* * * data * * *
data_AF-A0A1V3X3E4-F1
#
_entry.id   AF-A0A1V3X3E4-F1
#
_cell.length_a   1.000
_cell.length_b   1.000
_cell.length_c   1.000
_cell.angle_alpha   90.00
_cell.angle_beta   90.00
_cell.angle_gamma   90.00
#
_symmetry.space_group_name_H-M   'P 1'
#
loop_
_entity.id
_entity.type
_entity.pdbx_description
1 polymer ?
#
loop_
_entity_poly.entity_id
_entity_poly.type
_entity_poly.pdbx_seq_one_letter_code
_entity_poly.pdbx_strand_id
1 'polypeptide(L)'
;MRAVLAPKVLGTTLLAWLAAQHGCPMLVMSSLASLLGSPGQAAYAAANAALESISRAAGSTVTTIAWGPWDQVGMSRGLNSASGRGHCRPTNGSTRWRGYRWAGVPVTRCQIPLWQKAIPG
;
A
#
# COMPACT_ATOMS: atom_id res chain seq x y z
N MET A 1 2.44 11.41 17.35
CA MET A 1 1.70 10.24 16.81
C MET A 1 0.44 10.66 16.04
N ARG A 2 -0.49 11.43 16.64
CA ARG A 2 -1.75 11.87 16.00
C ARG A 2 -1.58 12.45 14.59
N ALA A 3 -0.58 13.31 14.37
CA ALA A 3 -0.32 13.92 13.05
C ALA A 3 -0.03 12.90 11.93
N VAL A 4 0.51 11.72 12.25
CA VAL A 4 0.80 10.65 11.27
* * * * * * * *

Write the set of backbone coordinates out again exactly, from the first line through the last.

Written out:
data_AF-A0A1V3X3E4-F1
#
_entry.id   AF-A0A1V3X3E4-F1
#
_cell.length_a   1.000
_cell.length_b   1.000
_cell.length_c   1.000
_cell.angle_alpha   90.00
_cell.angle_beta   90.00
_cell.angle_gamma   90.00
#
_symmetry.space_group_name_H-M   'P 1'
#
loop_
_entity.id
_entity.type
_entity.pdbx_description
1 polymer ?
#
loop_
_entity_poly.entity_id
_entity_poly.type
_entity_poly.pdbx_seq_one_letter_code
_entity_poly.pdbx_strand_id
1 'polypeptide(L)'
;MRAVLAPKVLGTTLLAWLAAQHGCPMLVMSSLASLLGSPGQAAYAAANAALESISRAAGSTVTTIAWGPWDQVGMSRGLNSASGRGHCRPTNGSTRWRGYRWAGVPVTRCQIPLWQKAIPG
;
A
#
# COMPACT_ATOMS: atom_id res chain seq x y z
N MET A 1 2.44 11.41 17.35
CA MET A 1 1.70 10.24 16.81
C MET A 1 0.44 10.66 16.04
N ARG A 2 -0.49 11.43 16.64
CA ARG A 2 -1.75 11.87 16.00
C ARG A 2 -1.58 12.45 14.59
N ALA A 3 -0.58 13.31 14.37
CA ALA A 3 -0.32 13.92 13.05
C ALA A 3 -0.03 12.90 11.93
N VAL A 4 0.51 11.72 12.25
CA VAL A 4 0.80 10.65 11.27